Under 2 hours
If you know how to perform all four basic essential construction tasks, you are well on your way to success for building projects.
The old carpenter’s adage of “measure twice, cut once” is very appropriate here. Always double check your work with squares, tape measures and levels before cutting, drilling or securing fasteners.
It’s a lot easier to take a little extra time measuring now than taking a lot of extra time and effort later to undo poorly constructed structures, and then redoing them again the right way.
This guide shows the correct way to measure, mark, square and plumb for use in various construction projects.
Marking a Crosscut
Marking for a crosscut is a three-step operation. First, square the end of the board you will be cutting. Then hook the tape measure on the end of the board and extend the tape until you reach the length for the crosscut. Make a "V" mark with a sharp pencil.
Mark the waste side of the board with a large "X." Hold the point of the pencil on the point of the "V" and slide a layout square along the edge of the board until it touches the pencil tip without moving it. Draw a straight cutting line along the edge of the square.
Using a Framing Square
The framing square is also known as a carpenter's square or steel square. It has two flat steel blades that join at a 90 degree angle. The longer, wider length is called the blade. The skinny shorter length is called the tongue. The framing square has ruled graduations on all sides of the tongue and blade. Use a framing square to establish right angles and mark cutt-off work on wide stock.
To use a framing square to square two boards:
- Hold the framing square inside or outside the joint.
- Look along the lengths of the tongue and blade.
- If you have gaps anywhere along either edge of the framing square, your boards need adjustment.
- Pull or push one or both boards until the framing square fits snugly and there are no more gaps.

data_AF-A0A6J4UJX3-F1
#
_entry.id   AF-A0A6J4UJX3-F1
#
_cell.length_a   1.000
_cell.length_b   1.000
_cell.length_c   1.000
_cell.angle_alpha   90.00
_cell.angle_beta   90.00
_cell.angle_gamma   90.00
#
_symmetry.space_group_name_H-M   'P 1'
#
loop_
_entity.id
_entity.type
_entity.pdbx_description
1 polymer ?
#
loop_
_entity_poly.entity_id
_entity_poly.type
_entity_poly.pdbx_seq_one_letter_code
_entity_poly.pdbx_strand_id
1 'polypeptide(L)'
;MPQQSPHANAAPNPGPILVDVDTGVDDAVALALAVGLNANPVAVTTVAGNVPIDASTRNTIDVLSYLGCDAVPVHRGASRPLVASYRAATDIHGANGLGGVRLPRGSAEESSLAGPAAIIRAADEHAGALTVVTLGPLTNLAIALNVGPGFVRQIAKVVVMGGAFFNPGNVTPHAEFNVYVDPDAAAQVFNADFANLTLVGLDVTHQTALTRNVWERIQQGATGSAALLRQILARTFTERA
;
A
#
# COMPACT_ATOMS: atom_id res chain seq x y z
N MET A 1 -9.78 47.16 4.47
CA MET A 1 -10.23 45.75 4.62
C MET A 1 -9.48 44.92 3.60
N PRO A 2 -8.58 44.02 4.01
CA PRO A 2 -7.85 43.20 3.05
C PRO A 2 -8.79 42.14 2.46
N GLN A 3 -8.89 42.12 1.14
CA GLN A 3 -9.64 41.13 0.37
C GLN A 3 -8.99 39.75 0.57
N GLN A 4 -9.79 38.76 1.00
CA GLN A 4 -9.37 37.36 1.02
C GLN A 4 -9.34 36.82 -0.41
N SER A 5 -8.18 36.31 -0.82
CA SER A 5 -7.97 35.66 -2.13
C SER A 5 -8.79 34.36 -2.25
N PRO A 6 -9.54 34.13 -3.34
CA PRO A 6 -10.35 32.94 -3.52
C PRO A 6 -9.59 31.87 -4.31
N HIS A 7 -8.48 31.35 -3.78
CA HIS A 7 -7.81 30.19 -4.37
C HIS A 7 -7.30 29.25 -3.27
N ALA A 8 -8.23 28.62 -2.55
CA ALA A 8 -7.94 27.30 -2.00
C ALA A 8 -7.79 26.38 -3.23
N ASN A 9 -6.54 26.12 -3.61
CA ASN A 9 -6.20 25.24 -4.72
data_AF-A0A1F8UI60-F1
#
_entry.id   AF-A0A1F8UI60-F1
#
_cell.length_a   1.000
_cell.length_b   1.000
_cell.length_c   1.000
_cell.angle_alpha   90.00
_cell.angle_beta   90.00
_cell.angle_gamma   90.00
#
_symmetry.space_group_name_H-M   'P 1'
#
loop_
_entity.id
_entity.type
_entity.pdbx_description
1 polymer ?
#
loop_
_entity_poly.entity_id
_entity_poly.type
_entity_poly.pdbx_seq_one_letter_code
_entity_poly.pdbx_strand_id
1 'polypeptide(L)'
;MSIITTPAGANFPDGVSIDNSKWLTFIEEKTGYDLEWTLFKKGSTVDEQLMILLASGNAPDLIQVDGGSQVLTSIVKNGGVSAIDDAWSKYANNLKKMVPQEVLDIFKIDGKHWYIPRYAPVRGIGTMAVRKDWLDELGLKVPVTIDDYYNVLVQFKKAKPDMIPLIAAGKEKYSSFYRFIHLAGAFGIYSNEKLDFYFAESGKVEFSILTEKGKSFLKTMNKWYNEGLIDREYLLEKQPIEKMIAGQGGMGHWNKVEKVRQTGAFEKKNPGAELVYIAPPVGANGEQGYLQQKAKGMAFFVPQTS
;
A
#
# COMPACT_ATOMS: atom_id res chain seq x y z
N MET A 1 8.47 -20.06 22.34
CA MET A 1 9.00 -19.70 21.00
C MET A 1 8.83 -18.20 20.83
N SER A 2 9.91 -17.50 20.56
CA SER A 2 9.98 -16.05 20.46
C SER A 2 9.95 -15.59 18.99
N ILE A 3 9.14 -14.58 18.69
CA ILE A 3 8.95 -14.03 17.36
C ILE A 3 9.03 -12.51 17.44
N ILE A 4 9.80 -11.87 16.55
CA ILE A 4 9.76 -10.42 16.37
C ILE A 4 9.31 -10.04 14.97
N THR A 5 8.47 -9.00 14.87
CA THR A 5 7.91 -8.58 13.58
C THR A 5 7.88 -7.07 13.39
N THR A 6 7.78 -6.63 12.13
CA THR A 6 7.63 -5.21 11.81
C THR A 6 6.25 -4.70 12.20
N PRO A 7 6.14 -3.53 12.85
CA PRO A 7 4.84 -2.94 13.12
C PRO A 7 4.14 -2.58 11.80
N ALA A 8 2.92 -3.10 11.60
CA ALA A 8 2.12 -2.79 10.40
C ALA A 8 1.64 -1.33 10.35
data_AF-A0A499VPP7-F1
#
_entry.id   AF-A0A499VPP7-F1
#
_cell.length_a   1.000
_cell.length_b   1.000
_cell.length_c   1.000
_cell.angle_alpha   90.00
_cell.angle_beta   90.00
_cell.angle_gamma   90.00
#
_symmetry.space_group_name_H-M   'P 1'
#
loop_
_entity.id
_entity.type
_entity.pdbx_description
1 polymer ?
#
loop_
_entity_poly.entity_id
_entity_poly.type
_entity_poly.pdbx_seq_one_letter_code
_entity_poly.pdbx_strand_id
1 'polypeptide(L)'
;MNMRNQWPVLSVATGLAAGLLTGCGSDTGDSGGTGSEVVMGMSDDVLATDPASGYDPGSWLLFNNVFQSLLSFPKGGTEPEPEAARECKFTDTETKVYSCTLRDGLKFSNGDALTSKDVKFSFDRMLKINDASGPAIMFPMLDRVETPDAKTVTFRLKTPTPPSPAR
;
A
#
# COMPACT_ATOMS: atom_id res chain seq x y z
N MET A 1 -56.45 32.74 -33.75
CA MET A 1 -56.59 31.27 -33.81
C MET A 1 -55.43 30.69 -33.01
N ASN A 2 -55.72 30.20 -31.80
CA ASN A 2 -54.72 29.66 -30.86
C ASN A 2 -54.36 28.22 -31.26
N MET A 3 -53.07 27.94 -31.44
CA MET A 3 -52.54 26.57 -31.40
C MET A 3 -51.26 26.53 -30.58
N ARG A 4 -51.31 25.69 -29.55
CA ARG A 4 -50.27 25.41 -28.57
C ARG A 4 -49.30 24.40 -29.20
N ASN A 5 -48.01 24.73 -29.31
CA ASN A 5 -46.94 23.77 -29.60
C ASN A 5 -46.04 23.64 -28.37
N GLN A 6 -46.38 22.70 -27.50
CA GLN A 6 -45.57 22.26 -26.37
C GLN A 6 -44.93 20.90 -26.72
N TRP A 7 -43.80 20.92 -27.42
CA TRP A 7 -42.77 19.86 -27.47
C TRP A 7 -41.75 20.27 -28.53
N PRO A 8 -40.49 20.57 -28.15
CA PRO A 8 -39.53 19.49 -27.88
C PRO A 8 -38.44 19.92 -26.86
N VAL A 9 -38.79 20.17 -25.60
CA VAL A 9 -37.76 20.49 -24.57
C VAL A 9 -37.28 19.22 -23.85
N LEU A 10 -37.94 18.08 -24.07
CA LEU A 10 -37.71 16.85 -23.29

Using a Carpenter's Level
A level, spirit level or bubble level is a measuring tool used to establish whether a surface is a true vertical or a true horizontal. It consists of a length of plastic, metal, or wood with two or more vials that have a bubble and liquid in them. The vials have markings that indicate when the bubble is in the center of the vial. A centered bubble indicates true vertical or true horizontal.
Use a 4-foot carpenter’s level for framing whenever you have room for its length. Warps or waves in the boards can throw off a shorter carpenter's level.
Digital levels replace the bubble with an electronic display.
Using a Line Level
A line level is useful for finding level over a long distance.
In the most basic use, a stake is driven at each end of the work area. A string is tied to one stake and then pulled tight at the other stake. A line level is suspended from the string, which is moved up and down until the bubble is in the center. Then, the string is tied to the second stake. Using a measuring tape, the distance from the string to the ground tells how deep to dig or how high to fill to make the ground level.
When planning a garden, pouring a foundation, or setting up a new playground, multiple stakes, strings, and levels can be used to find level across large polygonal areas. Slope can also be figured for effective water runoff.
Marking a Rip Cut
Begin by marking the width of the cut on both ends of the board. Then hook a chalk line tightly on the marks and snap the line.
If the cut runs parallel to the edge of the board, draw the cut line by holding a pencil against a square at the proper width. Pull the square and pencil down the length of the board.
Marking a 45-Degree Miter
Miter cuts are angled cuts and are most often made at 45 degrees. Start by measuring the longer side of the miter and setting your combination square or layout square on that mark. Then draw the cut line.
Angles Other than 45 or 90 Degrees
A rafter square can be used to find and mark a wide range of angles.
- Place the pivot, which is usually marked as such, against the board's edge.
- Pivot the square until the desired angle marking touches the same edge of the board.
- The opposite short leg of the triangle will cross the board at the specified angle.
Using a Laser-Guided Level
Make quick work out of establishing horizontal level lines with a laser level. Set the unit on a tripod and position it to throw the laser beam at the level point. Mark the position of the line with a carpenter’s pencil.
Using a Post Level
A post level will allow you to plumb posts in two planes at the same time (that is, on X and Y axes). Strap the level to the post so you can watch the vials while you move the post. Brace the post when the bubbles in both vials are centered.
You can accomplish DIY projects with ease when you have the right tools and information. This guide covered how to use levels and carpenter’s squares so you can take on new projects with precision. Use The Home Depot Mobile App to locate products and check inventory. We’ll take you to the exact aisle and bay.
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